dominated by institutional ownerships (Rhou & Singal, 2020; Sundarasen et al., 2016).
CSR activities can reduce stock volatilities and can attract more institutional investors
because institutional investors are risk averse (Petersen & Vredenburg, 2009). It implies
the need to allocate more resources to boost CSR activities for the firms. However, firms’
investment decision can vary in emerging economies that have unique institutional
arrangements. Scholars contended that allocation of resources mainly depend on ownership
structure and identity which can significantly influence the strategic decisions of the firms
(Gómez-Mejía et al., 2007; Khanna & Palepu, 2000; Wąsowska, 2013). Scholars
acknowledged a positive association between CSP and institutional investors (mutual
funds, pension funds, and investment banks) (Johnson & Greening, 1999). Similarly, Teoh
and Shiu (1990) contended that institutional investors prefer firms which are actively
engaged in CSR activities while making investment decisions. Correspondingly, Cox et al.
(2004) also found the positive relationship between institutional investors (pension funds,
charitable fund, and life assurance funds) and CSP. Scholars also found a substantial
increase in institutional investments both in developed and developing countries (Blume &
Keim, 2012; Gompers et al., 2003). Prior studies advocate that institutional investors have
a great influence on firm's policies and corporate decisions (Bena et al., 2017; Chen et al.,
2020; Dam & Scholtens, 2012; Dyck et al., 2019; Grinstein & Michaely, 2005). Sethi
(2005) contended that public funds use tax money from general to make investments,
therefore they consider firm’s overall environmental policies while making investment
decisions. GarcíaSánchez et al. (2020) argued that foreign institutional investors such as
pension fund enhance the disclosure of information while government does not have any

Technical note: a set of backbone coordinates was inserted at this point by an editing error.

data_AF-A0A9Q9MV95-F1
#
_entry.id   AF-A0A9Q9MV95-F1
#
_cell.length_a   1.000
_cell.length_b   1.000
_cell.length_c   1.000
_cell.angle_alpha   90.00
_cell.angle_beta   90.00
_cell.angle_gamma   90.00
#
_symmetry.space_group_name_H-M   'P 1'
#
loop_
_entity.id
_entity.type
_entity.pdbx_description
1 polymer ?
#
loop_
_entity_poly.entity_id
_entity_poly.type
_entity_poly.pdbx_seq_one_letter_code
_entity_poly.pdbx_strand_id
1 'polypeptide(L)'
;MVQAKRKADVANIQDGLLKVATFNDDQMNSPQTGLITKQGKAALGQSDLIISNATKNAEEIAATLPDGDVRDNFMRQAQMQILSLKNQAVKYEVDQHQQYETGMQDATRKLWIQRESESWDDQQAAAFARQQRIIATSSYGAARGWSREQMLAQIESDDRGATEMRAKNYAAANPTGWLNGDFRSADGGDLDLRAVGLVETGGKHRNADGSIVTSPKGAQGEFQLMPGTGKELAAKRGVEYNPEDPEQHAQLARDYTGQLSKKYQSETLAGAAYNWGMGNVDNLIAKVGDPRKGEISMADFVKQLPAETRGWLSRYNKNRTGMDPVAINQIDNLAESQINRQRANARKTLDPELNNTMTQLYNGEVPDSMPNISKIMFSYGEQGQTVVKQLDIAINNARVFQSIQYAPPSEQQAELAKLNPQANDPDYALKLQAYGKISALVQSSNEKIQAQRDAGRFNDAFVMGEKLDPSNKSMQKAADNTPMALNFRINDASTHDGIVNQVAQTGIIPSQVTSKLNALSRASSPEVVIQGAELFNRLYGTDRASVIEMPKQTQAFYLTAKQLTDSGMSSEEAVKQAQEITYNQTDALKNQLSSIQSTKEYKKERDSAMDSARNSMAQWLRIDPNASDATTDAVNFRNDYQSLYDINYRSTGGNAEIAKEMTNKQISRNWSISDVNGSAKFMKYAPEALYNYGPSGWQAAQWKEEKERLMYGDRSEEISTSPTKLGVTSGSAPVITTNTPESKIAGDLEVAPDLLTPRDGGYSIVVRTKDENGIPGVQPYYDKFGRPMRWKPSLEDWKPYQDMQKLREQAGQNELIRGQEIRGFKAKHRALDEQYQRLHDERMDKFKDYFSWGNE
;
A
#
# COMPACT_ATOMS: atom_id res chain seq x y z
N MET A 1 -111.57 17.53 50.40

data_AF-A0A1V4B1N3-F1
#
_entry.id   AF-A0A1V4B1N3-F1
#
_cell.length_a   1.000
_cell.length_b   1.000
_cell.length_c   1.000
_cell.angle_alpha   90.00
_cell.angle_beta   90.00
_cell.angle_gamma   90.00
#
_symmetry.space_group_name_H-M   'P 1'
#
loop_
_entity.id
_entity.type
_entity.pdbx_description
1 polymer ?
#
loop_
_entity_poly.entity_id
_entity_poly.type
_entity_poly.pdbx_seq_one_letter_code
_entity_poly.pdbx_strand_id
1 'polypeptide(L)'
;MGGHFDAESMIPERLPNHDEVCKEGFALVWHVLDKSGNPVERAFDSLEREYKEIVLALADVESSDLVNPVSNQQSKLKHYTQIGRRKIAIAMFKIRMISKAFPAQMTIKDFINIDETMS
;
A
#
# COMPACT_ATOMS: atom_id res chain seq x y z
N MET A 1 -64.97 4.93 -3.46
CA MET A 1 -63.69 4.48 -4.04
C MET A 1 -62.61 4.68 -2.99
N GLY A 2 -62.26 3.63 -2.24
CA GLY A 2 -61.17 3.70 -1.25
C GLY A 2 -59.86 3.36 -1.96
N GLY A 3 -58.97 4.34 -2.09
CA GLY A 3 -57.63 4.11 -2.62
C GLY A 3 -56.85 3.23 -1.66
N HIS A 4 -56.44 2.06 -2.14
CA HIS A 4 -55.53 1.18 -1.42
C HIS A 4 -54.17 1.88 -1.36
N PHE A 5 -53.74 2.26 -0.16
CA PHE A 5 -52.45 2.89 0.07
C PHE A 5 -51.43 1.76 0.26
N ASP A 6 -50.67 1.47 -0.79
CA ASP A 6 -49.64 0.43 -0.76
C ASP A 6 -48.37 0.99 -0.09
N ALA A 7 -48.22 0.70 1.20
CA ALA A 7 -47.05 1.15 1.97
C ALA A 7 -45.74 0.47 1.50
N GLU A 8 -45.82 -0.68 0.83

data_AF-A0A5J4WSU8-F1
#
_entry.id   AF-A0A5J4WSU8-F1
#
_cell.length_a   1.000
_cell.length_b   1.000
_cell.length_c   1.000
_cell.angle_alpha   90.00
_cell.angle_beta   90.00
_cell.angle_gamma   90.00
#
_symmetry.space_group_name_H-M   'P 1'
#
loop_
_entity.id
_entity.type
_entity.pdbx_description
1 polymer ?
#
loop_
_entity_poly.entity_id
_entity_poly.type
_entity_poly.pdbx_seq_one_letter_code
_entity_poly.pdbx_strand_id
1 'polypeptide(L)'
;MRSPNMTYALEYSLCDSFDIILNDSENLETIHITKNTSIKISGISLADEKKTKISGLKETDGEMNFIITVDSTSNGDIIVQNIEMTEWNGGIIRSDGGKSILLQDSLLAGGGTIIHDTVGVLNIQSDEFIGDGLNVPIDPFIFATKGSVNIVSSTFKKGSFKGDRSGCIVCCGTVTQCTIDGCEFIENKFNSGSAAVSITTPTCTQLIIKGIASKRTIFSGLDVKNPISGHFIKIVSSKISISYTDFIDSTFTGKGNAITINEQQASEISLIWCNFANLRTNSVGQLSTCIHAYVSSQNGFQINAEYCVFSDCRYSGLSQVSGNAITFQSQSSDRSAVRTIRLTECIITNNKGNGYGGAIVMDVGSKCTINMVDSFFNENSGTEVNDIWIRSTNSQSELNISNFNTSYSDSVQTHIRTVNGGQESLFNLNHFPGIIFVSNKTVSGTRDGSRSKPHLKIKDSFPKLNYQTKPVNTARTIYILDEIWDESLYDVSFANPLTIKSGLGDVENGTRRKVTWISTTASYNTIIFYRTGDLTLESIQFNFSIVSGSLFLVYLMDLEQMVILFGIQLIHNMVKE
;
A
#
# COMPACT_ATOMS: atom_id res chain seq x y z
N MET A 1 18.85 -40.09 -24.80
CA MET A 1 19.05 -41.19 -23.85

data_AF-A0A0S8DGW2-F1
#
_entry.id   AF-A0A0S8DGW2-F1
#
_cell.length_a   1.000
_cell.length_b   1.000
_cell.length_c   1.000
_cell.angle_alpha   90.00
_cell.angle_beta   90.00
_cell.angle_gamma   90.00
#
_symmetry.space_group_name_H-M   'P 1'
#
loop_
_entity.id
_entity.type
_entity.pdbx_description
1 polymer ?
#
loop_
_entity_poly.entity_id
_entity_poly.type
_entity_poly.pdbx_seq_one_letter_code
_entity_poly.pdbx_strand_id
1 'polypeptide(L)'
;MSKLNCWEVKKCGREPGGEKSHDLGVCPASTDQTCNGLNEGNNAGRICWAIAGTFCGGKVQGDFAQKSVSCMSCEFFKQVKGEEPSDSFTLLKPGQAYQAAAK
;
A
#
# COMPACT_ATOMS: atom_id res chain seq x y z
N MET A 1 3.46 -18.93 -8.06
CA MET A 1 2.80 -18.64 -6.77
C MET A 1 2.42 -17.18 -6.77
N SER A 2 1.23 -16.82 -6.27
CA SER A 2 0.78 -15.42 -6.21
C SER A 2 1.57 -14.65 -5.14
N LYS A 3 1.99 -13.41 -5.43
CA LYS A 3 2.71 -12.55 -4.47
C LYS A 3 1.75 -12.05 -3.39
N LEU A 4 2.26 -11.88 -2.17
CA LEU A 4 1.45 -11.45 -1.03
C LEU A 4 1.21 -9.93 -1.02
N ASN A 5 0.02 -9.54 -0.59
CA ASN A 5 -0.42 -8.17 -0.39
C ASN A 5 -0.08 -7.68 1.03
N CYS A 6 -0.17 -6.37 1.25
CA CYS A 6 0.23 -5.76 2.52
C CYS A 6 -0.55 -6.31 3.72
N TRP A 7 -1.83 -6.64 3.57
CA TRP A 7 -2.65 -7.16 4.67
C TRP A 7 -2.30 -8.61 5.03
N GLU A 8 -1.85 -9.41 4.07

effect on information disclosure. On the other hand, Dalton et al. (2003) contended that
high institutional ownership may create conflicts due to divergence in institutions’ interests
that will shrink the effectiveness of monitoring. In a similar vein, Hoskisson et al. (2002)
argued that different institutional owners might have their own interests that can create the
conflicts among them and ultimately distract them to encourage firms to engage in CSR
activities. Scholars contended that insider block holders are less motivated to invest in CSR
activities while FIO can enhance CSR activities through monitoring mechanisms (Shu &
Chiang, 2020). Harjoto et al. (2017) found that institutional ownership varies with CSR
activities and CSR practices decrease the stock return volatility. Yu and Zheng (2020)
contended that qualified foreign institutional investors prefer to invest more in firms with
strong CSR reporting. Therefore, our first hypothesis is as follows:
H
1
: Foreign institutional investors avoid investing in poor CSR-performing EMDEs
firms.
Several studies have been conducted to investigate the relationship between CSR and
institutional investor, however these studies focused either on developed countries or have
smaller time period. Scholars found that firms can attract more institutional investment by
focusing on CSR initiatives and such initiatives also influence the behaviour of the
institutional investors (Mahoney & Roberts, 2007). This signalling effect can offer more
insights to institutional investors about firm’s policies and preferences. Therefore,
institutional investors consider both financial and nonfinancial information while making
Corporate Social Responsibility and Institutional Investors
36
investment decisions. Scholars contended that CSR initiatives reduce the unsystematic risk
and reduces the stock volatilities which also helps in attracting more institutional
investments (Maqbool & Zamir, 2019). This indicates the positive association of CSR and
institutional investments (DiMaggio & Powell, 1983b).
Institutional theory highlights the importance of macro-level factors on CSR initiatives.
Scholars contended that institutional pressures enhance the CSR activities among firms
(Carbone & Moatti, 2011; Hoejmose et al., 2014). DiMaggio and Powell (1983a) argued
that three mechanisms lead to isomorphism (i.e., coercive, mimetic, and normative).
Coercive isomorphism is social process to institutionalise CSR due to political pressures